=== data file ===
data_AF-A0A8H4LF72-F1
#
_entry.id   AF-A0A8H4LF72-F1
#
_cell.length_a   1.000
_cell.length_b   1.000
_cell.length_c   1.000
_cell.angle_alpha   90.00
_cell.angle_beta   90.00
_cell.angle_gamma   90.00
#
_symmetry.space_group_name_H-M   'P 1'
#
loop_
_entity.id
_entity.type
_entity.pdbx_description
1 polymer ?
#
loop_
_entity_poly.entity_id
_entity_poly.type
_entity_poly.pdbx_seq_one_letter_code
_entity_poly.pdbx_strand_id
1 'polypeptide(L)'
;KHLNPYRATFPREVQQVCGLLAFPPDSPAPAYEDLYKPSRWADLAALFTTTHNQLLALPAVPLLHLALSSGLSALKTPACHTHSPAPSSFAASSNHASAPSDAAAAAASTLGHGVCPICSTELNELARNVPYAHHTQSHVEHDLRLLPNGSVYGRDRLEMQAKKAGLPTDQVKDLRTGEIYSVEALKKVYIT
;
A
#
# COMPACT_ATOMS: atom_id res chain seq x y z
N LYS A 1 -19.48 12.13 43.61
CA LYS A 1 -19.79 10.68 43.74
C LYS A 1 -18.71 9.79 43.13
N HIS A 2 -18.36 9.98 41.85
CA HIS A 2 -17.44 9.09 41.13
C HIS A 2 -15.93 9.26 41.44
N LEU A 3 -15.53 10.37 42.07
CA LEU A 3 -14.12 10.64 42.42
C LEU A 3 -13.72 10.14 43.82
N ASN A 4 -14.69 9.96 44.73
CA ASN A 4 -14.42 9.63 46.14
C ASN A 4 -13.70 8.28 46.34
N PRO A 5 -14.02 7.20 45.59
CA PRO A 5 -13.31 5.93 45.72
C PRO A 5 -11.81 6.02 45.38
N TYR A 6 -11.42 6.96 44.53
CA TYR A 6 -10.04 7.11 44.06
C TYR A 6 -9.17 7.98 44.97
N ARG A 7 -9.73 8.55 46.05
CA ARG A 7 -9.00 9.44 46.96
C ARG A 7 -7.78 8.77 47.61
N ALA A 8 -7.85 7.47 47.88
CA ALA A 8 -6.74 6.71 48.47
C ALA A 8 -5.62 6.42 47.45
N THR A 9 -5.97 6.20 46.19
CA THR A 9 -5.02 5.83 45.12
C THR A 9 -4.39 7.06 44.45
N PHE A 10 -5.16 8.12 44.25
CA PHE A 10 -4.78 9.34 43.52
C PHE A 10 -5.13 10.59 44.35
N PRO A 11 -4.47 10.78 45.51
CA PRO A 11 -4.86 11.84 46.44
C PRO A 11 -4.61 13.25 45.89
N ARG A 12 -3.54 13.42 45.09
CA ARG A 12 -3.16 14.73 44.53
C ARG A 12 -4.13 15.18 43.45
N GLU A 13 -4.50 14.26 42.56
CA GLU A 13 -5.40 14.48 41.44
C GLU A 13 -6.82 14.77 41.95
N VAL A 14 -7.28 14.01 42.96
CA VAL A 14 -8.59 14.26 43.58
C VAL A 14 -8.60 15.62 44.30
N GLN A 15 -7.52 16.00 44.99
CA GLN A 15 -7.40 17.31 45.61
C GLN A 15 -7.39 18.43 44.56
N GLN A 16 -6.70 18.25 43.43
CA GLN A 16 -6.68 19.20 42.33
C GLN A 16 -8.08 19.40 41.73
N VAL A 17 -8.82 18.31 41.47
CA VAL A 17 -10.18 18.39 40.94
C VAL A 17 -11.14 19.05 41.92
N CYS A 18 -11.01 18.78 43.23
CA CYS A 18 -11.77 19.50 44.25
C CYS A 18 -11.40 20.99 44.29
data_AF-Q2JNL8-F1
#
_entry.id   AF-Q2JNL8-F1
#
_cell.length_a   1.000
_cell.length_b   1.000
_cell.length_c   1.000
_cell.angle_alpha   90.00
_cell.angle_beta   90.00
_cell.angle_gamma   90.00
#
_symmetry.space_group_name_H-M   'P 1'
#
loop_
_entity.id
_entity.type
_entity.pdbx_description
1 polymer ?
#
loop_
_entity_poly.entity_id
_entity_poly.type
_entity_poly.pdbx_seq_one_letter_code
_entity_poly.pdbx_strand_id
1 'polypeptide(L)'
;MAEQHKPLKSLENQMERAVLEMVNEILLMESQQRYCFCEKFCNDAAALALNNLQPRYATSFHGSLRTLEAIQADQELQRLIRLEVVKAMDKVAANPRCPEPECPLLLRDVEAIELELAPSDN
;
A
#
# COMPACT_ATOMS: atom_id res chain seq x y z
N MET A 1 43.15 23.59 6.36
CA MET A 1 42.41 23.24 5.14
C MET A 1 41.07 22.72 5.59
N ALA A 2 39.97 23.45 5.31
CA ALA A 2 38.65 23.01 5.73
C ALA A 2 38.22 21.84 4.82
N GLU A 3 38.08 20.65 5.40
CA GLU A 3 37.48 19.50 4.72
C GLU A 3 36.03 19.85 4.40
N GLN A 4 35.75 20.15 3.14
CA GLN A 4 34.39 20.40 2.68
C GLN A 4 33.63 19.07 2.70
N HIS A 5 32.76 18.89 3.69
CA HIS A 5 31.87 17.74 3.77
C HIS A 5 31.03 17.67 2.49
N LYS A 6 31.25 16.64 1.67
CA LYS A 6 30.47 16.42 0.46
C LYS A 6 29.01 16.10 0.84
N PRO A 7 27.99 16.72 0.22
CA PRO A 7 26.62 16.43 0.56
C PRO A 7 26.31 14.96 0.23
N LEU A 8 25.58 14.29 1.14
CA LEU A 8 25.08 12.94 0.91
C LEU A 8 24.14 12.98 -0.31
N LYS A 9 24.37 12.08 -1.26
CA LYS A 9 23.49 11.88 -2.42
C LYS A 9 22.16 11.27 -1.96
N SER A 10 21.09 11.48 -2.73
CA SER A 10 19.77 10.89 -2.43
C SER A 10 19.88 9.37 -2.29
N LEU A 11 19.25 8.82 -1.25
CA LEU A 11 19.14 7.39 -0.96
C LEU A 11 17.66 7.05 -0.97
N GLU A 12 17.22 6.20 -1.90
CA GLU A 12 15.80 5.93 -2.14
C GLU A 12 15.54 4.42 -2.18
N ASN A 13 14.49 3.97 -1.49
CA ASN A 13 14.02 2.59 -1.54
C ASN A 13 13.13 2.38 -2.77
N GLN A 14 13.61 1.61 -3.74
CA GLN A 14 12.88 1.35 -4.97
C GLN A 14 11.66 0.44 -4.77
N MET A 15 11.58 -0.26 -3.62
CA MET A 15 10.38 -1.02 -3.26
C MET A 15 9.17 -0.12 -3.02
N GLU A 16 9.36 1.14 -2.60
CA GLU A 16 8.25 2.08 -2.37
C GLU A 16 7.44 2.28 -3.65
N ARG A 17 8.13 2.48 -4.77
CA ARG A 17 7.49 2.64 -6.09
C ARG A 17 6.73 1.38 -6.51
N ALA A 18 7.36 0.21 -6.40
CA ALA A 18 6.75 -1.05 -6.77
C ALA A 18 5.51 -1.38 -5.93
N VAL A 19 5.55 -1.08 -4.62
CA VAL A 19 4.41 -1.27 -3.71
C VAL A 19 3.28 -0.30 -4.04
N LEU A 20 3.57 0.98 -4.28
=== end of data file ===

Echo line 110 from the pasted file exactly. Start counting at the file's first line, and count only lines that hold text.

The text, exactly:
;MAEQHKPLKSLENQMERAVLEMVNEILLMESQQRYCFCEKFCNDAAALALNNLQPRYATSFHGSLRTLEAIQADQELQRLIRLEVVKAMDKVAANPRCPEPECPLLLRDVEAIELELAPSDN